Abstract: This policy paper reviews to what extent EU budgetary tools provide a shock mitigation function and aims at exploring potential avenues to reform them to strengthen their stabilisation role. The EU budget is based on principles of medium-term budgeting, co-financing rules with fixed areas of intervention and a very limited possibility for budgetary reallocations. This rigid system makes EU financial support rather ill-suited to address a situation of fiscal emergency when a member state has to react to shocks. Nevertheless, there is evidence of a growing mandate for a stabilisation function within the EU budget, developed particularly in response to labour market shocks. The Youth Employment Initiative and the European Globalisation Adjustment Fund, despite their modest results, represent a concrete step toward introducing shock mitigation among the objectives of EU expenditure. Flexibility arrangements introduced over recent years within the EU budget also move in the direction of adapting the EU budgetary architecture to make it better suited to medium-term ex post shock mitigation. The revenue side of the EU budget is also found to contribute to stabilisation. We argue that the EU policy design to address stabilisation, as developed so far, is not performing and is not apt to the task. As resistances to enhancing the stabilisation capacity are lower at EU than EMU level, we explore room for reform for the post-2020 budget and propose and integrated approach to boost the responsiveness of the EU budget to unforeseen event throw the establishment of an EU fund for Employment and an extended mandate for the European Union Solidarity Fund.

New deliverable on government debt deleveraging published

A new deliverable on government debt deleveraging by Alexandre Lucas Cole (LUISS Guido Carli), Chiara Guerello (LUISS Guido Carli), and Guido Traficante (European University of Rome) has been published today:

D4.4: Government Debt Deleveraging in the EMU

Abstract: We evaluate the stabilization properties and welfare implications of different government debt deleveraging schemes and instruments for deleveraging in a currency union. In a two-country new-Keynesian DSGE model, with a debt-elastic government bond spread and incomplete international financial markets, we study the effects of government debt deleveraging, under a range of alternative shocks and under alternative scenarios for fiscal policy coordination. We find that greater stabilization is achieved by backloading the deleveraging process and when the two countries reduce the net exports gap. Moreover, taxes are a better instrument for deleveraging compared to government consumption or transfers. Our policy prescriptions for the Eurozone are to reduce government debt more gradually over time and less during recessions and to do so using distortionary taxes, while concentrating on reducing international demand imbalances.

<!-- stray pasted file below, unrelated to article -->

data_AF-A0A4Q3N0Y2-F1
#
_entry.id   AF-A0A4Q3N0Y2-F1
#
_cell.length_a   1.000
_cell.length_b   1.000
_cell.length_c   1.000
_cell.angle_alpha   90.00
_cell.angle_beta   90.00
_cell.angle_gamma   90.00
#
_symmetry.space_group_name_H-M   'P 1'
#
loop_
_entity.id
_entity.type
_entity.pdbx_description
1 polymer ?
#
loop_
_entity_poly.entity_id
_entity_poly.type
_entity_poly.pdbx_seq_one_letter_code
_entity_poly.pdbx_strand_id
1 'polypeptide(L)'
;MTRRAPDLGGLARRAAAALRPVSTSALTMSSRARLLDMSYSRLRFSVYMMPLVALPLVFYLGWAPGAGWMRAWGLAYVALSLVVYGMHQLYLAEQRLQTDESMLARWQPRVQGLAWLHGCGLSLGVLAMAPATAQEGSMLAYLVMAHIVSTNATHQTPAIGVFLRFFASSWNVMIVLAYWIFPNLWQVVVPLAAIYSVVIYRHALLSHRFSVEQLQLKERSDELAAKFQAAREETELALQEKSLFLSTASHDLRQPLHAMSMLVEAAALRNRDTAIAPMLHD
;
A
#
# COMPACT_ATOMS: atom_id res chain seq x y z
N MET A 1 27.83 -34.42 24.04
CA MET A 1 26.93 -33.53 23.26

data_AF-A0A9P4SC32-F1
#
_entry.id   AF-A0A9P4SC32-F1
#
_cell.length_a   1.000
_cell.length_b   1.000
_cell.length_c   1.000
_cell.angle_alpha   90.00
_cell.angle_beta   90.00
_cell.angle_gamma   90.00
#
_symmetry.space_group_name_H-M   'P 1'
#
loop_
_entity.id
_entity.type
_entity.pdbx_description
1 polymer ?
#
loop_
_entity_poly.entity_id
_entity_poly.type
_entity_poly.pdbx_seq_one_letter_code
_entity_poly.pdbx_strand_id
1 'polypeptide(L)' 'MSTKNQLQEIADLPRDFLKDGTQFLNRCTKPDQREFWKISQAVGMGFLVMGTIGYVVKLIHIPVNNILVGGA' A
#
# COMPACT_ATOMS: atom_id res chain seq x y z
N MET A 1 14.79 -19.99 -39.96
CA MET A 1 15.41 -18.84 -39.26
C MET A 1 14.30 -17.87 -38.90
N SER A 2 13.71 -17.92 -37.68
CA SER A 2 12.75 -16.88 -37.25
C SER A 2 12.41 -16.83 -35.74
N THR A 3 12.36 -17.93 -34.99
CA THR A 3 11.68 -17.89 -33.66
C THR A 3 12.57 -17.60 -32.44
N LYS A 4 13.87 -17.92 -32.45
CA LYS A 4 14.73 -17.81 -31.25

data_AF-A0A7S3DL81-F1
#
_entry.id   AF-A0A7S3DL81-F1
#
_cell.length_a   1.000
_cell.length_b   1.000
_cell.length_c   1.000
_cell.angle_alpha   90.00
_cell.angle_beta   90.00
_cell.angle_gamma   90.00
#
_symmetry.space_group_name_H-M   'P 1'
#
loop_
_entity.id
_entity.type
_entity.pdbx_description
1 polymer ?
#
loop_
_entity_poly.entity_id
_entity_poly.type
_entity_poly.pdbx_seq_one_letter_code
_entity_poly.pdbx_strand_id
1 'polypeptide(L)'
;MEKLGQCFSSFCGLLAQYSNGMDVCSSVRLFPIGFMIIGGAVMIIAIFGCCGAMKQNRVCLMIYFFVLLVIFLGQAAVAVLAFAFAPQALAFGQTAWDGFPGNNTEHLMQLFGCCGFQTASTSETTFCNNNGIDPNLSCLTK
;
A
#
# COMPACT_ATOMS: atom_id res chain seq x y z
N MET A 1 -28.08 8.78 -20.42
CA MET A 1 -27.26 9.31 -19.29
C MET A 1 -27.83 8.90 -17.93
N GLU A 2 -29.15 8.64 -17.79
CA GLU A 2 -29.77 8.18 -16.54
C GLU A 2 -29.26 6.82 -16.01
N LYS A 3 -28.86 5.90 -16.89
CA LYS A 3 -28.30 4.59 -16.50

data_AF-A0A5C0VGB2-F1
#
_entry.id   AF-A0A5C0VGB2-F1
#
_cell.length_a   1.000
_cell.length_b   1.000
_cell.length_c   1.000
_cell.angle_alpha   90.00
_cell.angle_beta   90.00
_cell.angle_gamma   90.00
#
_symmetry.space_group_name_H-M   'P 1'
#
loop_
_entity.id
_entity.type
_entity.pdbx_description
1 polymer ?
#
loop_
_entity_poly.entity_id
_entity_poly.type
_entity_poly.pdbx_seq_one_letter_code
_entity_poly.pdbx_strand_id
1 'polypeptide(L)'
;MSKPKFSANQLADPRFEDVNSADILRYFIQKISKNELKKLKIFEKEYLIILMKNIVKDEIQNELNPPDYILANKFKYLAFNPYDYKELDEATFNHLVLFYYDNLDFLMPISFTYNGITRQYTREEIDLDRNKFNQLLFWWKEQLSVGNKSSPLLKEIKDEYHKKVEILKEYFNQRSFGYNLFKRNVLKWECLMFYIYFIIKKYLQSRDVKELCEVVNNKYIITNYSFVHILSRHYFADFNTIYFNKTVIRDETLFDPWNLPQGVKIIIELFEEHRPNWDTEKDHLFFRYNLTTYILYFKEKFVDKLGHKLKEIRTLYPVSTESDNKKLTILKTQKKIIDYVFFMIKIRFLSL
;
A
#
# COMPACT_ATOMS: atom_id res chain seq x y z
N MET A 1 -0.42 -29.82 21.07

New deliverable on EU fiscal rules published

Deliverable 6.4 by Iain Begg (LSE) has been published today:

Fiscal and other rules in EU economic governance: helpful, largely irrelevant or unenforceable?

Abstract: EU Member States have been pushed to adopt more extensive and intrusive fiscal rules, particularly in the euro area, but also in other EU Member States, yet evidence that they are succeeding is, at best, tentative. The EU level Stability and Growth Pact (SGP) has been – and remains – the most visible such rule, but has been complemented by a profusion of national rules and by new provisions on other sources of macroeconomic imbalance. Much of the analysis of rules has concentrated on their technical merits, but tends to neglect the political economy of compliance. This paper examines the latter looking at compliance with fiscal rules at EU and Member State levels, and at the rule-based mechanisms for curbing other macroeconomic imbalances. It concludes that politically-driven implementation and enforcement shortcomings are given too little attention, putting at risk the integrity and effectiveness of rules.


New deliverable on revisions of the cyclically adjusted balances published

A new deliverable on Revisions of the cyclically adjusted budget balance published (D2.4, CEPS).